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The Bolton Archipelago

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The Bolton Archipelago

Ian Williams
(The Nation 15 March 2006)

A complete American isolationist may congratulate the Bush
Administration and United Nations Ambassador John Bolton on his
grandstanding vote
Wednesday against the establishment of the UN Human Rights Council.
Nobody else would.

It was a clear case of prejudice masquerading as policy, with Bolton
playing to his usual gallery of Know-Nothings on one side, while also
relishing briefly being on the side of Human Rights NGOs and what he
considers to be the liberal /New York Times /in criticizing the failings
of the negotiated outcome. But taken as a poll on the Bolton-Bush stand,
170 votes to 4 epitomizes America's waning global prestige.

The three states that the United States led into the "nay" camp were
Israel, Palau and the Marshall Islands, which are among the highest per
capita recipients of US cash in the world, along with the Federated
States of Micronesia, which even Bolton couldn't bully enough. The two
Pacific micro-states depend on the US Congress for almost their entire
budget. There is an additional irony: For decades the United States
stalled on allowing the former Trustee territory of Palau independence
until it dropped clauses in its constitution that barred the United
States from bringing in nuclear weapons to defend it.* .*

Similarly, Bolton was very reserved on the term limits for members, and
showed initially that he would have preferred a permanent seat for the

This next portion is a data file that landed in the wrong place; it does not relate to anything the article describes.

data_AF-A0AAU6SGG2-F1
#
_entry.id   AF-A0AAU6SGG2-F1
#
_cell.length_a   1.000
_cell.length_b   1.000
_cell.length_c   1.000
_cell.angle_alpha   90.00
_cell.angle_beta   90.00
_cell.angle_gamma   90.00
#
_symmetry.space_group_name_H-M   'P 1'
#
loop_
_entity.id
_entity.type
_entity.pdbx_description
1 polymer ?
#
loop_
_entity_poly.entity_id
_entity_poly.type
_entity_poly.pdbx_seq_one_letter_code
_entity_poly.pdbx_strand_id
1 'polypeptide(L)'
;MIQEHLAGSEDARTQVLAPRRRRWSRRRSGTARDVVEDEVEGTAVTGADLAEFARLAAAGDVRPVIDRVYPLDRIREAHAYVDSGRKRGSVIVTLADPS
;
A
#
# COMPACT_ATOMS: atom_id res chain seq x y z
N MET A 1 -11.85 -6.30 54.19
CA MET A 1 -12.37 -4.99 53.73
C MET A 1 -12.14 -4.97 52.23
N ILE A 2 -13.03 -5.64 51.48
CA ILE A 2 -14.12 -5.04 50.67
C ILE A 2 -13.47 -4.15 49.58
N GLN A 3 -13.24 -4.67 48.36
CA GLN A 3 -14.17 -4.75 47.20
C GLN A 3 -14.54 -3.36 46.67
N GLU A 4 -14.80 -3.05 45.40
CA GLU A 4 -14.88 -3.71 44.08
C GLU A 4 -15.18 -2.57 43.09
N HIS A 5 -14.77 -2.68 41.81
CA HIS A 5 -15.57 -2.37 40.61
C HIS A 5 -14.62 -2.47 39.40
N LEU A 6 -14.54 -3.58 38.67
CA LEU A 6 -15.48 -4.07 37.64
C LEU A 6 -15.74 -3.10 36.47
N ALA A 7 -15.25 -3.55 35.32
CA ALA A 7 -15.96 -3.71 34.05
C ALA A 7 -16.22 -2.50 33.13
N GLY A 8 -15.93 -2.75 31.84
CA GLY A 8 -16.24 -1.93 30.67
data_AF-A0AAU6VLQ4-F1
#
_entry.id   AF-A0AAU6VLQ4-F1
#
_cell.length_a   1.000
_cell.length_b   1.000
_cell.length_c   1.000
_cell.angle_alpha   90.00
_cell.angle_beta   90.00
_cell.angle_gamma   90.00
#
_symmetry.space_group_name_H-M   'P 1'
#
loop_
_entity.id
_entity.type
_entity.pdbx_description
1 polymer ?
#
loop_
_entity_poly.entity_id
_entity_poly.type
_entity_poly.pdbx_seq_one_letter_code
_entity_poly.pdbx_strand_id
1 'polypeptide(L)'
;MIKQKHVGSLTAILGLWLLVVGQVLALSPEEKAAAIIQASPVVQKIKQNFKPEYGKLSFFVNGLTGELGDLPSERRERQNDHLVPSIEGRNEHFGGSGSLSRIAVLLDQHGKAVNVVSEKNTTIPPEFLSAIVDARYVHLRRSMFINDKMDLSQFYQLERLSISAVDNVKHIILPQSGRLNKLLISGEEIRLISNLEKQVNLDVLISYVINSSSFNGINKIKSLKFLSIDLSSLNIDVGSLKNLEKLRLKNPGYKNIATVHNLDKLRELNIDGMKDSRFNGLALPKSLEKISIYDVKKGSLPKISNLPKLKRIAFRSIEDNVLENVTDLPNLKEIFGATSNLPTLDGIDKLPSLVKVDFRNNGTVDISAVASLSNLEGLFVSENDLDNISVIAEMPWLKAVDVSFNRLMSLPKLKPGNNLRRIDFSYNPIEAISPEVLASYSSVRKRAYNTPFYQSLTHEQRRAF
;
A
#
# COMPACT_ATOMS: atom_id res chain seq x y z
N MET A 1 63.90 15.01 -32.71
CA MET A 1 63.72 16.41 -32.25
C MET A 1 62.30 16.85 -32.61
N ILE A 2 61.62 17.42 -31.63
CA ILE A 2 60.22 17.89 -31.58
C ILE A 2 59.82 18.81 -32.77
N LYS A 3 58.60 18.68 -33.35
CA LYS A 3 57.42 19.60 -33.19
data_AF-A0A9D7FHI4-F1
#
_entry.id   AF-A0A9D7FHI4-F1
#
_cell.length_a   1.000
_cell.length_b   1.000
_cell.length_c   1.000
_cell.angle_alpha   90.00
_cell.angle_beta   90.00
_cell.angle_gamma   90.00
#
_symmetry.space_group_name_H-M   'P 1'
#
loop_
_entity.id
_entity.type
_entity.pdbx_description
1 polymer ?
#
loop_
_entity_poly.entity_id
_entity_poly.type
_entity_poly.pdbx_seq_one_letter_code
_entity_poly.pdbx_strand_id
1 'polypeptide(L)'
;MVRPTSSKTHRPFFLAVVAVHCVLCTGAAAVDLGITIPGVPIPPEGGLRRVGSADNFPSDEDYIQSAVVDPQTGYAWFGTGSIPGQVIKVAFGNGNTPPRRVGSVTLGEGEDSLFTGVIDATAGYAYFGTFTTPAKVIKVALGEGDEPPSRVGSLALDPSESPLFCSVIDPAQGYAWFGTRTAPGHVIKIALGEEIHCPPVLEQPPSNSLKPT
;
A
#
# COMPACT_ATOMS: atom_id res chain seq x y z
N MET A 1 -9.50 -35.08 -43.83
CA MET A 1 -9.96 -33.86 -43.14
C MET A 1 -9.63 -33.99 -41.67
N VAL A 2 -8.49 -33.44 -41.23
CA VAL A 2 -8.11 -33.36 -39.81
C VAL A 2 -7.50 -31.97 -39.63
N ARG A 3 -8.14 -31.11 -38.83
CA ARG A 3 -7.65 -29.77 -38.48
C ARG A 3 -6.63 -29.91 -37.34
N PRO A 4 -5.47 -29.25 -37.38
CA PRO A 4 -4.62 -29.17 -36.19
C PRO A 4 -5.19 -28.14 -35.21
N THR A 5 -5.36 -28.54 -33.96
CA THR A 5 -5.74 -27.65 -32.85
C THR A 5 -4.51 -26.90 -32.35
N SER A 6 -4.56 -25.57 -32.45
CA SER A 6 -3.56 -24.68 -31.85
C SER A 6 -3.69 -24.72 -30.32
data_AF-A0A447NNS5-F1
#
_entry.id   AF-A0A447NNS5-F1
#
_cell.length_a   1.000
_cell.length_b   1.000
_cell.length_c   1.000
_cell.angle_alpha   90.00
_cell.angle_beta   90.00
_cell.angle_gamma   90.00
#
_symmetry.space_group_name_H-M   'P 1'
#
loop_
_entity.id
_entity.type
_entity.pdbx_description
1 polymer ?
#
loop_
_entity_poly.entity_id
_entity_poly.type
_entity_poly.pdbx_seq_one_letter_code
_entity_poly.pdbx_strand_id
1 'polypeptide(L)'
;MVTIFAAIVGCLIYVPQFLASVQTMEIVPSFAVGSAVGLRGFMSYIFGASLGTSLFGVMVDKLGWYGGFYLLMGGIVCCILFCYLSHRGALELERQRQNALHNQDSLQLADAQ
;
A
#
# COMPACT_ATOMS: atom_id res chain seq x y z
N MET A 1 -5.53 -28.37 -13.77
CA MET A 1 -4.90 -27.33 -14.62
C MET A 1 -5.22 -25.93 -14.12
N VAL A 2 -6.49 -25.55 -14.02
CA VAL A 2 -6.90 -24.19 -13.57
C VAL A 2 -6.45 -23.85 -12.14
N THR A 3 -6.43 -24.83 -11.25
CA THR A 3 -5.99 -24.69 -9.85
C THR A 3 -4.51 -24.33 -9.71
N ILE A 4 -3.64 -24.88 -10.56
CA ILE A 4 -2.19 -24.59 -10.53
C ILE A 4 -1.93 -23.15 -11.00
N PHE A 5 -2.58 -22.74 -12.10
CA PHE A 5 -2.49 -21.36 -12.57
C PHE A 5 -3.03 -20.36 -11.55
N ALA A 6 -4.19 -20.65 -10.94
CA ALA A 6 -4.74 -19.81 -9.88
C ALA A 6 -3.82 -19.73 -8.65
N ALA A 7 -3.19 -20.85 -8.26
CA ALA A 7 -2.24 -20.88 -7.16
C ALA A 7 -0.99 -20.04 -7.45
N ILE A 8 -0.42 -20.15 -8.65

United States, even if it entailed one for China, hardly a paragon of
human rights.
While Bolton is particularly tin-eared in how he listens to other
countries, we should remember that it was the Clinton Administration
that worked assiduously and steadily to attenuate the International
Criminal Court, and then only signed the much-weakened instrument at the
very end of his presidency. It was this attitude that cost the United
States the seat in times past. There are far more substantial grounds on
which states of goodwill, in a secret ballot, may have scruples about
voting for this US Administration to have a seat on the council,
although *many may support Washington with LBJ's eminently pragmatic
argument that it is better to have opponents inside the tent urinating
outward rather than vice versa.
*The American diplomatic approach to human rights is, in its own way,
every bit as partisan and partial as some of the notorious human rights
offenders who have conspired to emasculate the Human Rights Commission
over the years.
Indeed, the best weapon of the Axis of Offenders in the old commission
has been the US attitude, which has, for example, condoned, trained and
financed some of the worst human rights offenders of the era in Central
America, while fulminating against Cuba's much less serious offenses.
Disagreement with the United States should not necessarily put a country
in the dock for human rights offenses--although neither should opposing
the United States allow an exemption.
Countries that are genuinely concerned about human rights need to eschew
their usual regional voting pacts, but we can be sure that the NGOs will
keep their feet to the fire. And as for the United States, it would be
good if it voted on the basis the State Department's own annual Human
Rights Report, which has managed to be critical even of allies.
Along with the "Responsibility to Protect"
<> resolution adopted last year, the
Human Rights Council is a step forward for the United Nations. But far
from being rewarded by Congress, watch out for attacks on the world's
temerity for disagreeing with Ambassador Bolton.

Ian Williams <>

+1 212 686 8884
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